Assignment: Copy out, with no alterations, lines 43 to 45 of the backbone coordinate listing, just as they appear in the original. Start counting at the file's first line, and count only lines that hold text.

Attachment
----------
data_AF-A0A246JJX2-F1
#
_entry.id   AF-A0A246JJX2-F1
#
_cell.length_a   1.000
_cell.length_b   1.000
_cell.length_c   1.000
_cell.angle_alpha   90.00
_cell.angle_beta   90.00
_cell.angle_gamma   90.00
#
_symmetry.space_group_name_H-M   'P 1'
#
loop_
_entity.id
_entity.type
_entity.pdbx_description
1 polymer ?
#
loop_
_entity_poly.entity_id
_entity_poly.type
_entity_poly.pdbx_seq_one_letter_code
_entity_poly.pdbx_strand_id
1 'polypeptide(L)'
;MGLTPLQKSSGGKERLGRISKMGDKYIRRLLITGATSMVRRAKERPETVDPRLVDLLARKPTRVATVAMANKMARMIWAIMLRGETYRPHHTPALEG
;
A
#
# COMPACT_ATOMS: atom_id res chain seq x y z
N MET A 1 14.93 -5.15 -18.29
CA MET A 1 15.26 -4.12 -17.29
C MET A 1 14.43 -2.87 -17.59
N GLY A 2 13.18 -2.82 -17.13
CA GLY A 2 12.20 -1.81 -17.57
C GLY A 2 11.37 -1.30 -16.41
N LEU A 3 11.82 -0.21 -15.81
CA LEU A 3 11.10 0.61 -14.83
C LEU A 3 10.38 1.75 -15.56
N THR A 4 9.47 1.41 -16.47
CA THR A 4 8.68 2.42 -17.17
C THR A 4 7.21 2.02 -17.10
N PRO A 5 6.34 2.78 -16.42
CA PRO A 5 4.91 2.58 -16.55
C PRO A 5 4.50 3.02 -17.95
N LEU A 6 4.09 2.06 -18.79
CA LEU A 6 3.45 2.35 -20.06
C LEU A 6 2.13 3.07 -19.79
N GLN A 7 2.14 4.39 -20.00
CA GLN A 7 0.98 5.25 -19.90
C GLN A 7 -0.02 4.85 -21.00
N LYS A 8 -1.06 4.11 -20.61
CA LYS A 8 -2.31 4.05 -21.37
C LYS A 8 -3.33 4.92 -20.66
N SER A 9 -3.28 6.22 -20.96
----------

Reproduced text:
N PRO A 5 6.34 2.78 -16.42
CA PRO A 5 4.91 2.58 -16.55
C PRO A 5 4.50 3.02 -17.95